There are multiple announcements about how Pasadena home buyers can now use the $8,000 tax credit to use as the down payment on their home purchase. I am sorry, but somehow, I can not get excited by this announcement.
Why? Well… let’s take a look at the announcement made by HUD (US Department of Housing and Urban Development) first:
DONOVAN ANNOUNCES RECOVERY ACT’S HOMEBUYER TAX CREDIT CAN IMMEDIATELY HELP THOUSANDS OF FIRST-TIME HOMEBUYERS TO BUY A HOME
FHA plan will stimulate new home sales and help stabilize housing market
WASHINGTON – Speaking to the National Association of Home Builders Spring Board of Directors Meeting, U.S. Housing and Urban Development Secretary Shaun Donovan today announced that the Federal Housing Administration (FHA) will allow homebuyers to apply the Obama Administration’s new $8,000 first-time home buyer tax credit toward the purchase costs of a FHA-insured home. Donovan said that today’s action will help stabilize the nation’s housing market by stimulating home sales across the country.
The American Recovery and Reinvestment Act of 2009 offers homebuyers a tax credit of up to $8,000 for purchasing their first home. Families can only access this credit after filing their tax returns with the IRS. Today’s announcement details FHA’s rules allowing state Housing Finance Agencies and certain non-profits to “monetize” up to the full amount of the tax credit (depending on the amount of the mortgage) so that borrowers can immediately apply the funds toward their down payments. Home buyers using FHA-approved lenders can apply the tax credit to their down payment in excess of 3.5 percent of appraised value or their closing costs, which can help achieve a lower interest rate. To read the FHA’s new mortgagee letter, visit.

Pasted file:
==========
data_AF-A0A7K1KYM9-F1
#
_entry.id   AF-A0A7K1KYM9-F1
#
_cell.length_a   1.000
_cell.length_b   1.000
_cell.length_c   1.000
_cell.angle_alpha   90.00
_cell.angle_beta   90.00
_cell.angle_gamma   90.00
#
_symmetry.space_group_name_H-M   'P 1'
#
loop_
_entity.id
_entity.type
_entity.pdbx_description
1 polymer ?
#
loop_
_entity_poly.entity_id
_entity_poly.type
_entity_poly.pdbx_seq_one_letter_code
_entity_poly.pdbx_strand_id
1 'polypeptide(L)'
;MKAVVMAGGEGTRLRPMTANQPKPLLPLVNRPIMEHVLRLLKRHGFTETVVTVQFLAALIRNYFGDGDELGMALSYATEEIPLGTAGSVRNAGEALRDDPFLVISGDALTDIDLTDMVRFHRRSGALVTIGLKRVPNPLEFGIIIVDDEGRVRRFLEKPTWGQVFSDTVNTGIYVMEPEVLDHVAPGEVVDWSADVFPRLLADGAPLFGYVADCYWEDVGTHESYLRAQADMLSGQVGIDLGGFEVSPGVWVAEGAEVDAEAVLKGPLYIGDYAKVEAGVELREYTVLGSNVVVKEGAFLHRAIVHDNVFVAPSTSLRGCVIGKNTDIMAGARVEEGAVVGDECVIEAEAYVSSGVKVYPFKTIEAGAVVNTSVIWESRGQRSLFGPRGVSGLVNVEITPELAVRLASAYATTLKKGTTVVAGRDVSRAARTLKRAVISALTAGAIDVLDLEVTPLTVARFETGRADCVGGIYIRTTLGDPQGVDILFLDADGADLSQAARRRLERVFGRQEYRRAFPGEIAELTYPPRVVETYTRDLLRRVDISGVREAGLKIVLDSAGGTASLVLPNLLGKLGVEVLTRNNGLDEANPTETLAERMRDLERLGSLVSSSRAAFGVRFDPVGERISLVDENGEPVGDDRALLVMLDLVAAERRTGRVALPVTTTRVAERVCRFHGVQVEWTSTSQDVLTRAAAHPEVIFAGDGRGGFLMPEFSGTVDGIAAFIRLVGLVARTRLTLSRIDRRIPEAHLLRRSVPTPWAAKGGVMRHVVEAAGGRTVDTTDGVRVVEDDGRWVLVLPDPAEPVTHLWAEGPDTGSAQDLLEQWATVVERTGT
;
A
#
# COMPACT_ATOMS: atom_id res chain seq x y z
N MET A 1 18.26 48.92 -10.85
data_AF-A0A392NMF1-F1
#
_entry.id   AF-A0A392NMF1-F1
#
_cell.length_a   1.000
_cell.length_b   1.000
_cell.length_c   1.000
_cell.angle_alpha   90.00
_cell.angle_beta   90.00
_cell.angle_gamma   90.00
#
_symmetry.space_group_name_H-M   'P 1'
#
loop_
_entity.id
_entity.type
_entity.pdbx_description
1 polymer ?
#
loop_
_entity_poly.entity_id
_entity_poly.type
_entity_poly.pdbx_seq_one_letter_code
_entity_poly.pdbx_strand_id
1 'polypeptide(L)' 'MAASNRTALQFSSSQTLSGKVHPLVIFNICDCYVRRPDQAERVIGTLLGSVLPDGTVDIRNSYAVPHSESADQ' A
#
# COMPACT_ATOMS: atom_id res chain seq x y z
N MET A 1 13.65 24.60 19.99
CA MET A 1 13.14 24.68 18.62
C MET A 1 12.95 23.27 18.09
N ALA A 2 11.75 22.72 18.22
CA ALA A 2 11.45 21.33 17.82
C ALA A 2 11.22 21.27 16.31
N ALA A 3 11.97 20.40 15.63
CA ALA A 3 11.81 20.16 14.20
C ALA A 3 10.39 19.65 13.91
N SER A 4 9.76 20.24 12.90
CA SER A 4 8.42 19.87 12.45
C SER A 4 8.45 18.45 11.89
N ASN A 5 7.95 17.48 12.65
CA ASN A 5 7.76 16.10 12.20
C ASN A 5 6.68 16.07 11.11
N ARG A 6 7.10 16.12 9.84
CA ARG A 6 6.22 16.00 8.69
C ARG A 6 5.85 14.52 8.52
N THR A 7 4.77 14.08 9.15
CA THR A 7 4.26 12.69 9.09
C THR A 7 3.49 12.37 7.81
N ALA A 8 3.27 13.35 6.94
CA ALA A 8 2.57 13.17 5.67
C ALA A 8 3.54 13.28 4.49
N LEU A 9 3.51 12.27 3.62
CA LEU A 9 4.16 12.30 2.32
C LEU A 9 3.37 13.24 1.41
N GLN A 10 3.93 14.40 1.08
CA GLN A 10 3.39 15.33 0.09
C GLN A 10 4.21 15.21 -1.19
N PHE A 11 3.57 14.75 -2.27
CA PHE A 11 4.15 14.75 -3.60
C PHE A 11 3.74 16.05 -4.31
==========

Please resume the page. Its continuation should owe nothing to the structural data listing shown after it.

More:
First of all, let’s get this straight. You will only qualify for the full $8,000 if your adjusted gross income is not over $75,000 if you are single or $150,000 for joint filers. If you are make anywhere between $75,000 and $95,000, this tax credit begins to phase out. And, if you are fortunate enough to make over $95,000 or $170,000 for joint filers, you will not qualify for any tax credit!
Second, the tax credit is only 10% of purchase price UP TO $8,000.
Third, let’s face this… this loan will be considered as DPA or better known in the lending industry, Down Payment Assistance. Any type of down payment assistance has to be accounted for in the borrower’s Debt to Income Ratio. If you are an FHA buyer and already are trying to qualify for 96.5% of the value of a home and now you will have yet another DPA on top of that, the chances are no bank will ever approve you for the mortgage.
Fourth, this essentially is a short term, bridge loan. I do not see HUD stating anywhere that this loan is going to be free. Short term bridge loans are usually expensive. Would you, as a first time home buyer, be willing to pay 8% to 10% interest on this money?
Five, how long do you think it will take the government to approve you for this loan? Do you think that they’ll be able to make the 7 to 10 day loan contingencies that we’re seeing on our contracts now? I doubt it!
And, finally, how much will the banks charge to set up this loan, to print loan docs or any other expenses associated with processing tihs loan?
Sounds like a lot of fairy dust to me. What do you think?
IRINA NETCHAEV & ASSOCIATES
Pasadena Views Real Estate Team
860 Huntington Drive, San Marino, California